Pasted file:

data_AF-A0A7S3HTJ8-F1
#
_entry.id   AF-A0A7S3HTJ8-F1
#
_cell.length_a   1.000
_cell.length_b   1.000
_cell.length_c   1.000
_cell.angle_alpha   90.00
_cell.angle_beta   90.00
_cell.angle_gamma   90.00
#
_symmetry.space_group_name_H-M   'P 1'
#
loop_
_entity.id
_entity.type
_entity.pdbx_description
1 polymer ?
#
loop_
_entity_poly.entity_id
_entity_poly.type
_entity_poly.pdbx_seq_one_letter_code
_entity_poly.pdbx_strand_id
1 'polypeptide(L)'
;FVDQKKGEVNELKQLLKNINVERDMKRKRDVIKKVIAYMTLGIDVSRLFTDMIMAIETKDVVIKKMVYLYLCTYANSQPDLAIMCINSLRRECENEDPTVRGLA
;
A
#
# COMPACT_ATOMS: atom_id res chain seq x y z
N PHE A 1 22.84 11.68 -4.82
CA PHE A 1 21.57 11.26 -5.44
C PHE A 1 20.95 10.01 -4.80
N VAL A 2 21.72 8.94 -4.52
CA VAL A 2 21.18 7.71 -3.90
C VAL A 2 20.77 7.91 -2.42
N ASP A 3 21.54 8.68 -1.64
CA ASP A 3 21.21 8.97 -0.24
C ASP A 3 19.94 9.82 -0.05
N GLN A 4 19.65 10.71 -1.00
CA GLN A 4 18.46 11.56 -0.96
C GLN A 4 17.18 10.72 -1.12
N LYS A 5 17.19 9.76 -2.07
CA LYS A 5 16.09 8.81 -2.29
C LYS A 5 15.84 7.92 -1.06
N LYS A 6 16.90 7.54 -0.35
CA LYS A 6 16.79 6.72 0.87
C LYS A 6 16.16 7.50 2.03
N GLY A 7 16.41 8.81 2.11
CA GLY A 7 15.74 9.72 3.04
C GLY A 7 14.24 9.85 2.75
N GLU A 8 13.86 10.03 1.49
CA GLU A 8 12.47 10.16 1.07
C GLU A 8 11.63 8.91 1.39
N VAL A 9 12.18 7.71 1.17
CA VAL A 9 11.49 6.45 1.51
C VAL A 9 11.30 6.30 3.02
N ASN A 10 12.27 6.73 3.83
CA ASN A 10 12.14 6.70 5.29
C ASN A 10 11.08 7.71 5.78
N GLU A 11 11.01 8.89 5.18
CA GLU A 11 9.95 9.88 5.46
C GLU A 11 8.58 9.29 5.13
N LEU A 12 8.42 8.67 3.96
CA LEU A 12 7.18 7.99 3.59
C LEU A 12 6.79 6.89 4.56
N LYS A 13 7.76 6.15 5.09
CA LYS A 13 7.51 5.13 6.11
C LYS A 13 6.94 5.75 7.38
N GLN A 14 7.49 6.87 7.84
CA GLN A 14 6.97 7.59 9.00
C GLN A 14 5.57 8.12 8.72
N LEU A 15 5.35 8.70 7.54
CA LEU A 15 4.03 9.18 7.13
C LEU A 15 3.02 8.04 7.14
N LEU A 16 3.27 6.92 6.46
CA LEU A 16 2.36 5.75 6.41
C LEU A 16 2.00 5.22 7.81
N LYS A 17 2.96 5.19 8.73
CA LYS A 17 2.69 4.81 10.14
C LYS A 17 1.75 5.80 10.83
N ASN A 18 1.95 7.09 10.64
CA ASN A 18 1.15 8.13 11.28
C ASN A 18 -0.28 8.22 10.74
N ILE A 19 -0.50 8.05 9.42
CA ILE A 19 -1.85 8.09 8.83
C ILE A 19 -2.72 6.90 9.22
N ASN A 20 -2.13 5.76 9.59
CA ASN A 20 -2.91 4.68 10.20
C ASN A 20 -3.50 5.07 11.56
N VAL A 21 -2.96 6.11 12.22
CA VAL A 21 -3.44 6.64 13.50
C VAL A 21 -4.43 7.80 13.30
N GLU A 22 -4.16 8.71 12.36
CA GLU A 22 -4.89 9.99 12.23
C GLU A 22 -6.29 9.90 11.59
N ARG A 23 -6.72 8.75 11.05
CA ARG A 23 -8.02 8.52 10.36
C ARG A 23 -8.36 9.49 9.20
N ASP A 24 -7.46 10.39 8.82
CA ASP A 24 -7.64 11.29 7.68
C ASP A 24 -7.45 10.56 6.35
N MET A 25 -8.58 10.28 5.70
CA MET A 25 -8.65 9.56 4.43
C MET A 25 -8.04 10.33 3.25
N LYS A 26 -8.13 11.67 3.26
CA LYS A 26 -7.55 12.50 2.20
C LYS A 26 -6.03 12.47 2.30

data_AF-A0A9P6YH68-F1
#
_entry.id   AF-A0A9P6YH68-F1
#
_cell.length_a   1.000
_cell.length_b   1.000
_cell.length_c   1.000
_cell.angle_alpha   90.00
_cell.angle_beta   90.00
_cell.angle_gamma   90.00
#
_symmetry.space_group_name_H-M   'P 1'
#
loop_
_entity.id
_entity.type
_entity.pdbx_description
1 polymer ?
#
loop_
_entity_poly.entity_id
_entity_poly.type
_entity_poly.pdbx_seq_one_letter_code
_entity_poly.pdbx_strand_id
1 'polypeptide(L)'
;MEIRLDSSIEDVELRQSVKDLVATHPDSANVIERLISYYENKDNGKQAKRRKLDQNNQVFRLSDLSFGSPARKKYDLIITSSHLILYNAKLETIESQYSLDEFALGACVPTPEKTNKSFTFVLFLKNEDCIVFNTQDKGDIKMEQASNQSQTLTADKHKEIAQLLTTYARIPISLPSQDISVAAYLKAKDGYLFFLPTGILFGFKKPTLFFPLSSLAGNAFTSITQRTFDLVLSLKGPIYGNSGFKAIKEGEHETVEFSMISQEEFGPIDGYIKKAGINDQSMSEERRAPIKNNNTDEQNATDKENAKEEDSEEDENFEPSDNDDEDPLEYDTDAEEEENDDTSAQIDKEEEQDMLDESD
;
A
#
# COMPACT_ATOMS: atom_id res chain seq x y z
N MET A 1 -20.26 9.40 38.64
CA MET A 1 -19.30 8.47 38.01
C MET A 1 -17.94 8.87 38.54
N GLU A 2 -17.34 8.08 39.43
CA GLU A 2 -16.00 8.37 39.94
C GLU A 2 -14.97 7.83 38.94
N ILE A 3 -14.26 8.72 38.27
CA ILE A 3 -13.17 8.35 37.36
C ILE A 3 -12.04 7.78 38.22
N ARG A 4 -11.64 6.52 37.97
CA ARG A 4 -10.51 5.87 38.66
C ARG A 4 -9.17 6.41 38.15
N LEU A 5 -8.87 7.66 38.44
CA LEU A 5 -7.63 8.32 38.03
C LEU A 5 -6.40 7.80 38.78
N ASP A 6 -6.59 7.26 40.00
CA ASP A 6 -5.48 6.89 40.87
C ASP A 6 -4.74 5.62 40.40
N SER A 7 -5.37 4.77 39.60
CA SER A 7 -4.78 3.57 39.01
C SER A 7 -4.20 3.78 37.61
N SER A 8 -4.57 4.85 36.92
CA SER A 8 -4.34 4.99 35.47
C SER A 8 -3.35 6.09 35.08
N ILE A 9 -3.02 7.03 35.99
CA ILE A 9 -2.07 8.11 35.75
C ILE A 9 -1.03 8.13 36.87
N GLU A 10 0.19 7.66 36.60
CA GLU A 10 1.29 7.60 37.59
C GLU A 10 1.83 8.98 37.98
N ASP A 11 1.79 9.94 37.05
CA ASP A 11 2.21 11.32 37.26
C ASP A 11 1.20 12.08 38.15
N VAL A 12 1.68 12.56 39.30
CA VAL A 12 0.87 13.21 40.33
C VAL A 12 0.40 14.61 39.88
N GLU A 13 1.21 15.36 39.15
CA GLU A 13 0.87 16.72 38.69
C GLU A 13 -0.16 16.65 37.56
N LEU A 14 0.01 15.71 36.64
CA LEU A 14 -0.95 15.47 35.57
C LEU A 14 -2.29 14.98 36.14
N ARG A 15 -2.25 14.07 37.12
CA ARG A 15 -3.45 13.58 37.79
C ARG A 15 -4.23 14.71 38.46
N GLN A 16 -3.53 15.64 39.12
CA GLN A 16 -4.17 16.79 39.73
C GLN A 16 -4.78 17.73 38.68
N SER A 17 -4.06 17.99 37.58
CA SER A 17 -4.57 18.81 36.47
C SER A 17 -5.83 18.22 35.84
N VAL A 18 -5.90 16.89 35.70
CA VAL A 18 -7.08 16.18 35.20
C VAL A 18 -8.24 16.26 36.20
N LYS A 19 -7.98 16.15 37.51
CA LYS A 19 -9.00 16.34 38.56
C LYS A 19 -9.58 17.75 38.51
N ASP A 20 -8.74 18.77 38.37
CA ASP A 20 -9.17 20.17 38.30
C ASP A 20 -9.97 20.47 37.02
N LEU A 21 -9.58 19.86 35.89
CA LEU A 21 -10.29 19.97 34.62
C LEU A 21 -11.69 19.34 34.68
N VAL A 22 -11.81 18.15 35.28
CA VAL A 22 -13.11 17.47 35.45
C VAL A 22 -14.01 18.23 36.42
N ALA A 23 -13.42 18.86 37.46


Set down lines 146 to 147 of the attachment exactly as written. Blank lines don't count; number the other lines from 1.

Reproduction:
CA ILE A 3 -13.17 8.35 37.36
C ILE A 3 -12.04 7.78 38.22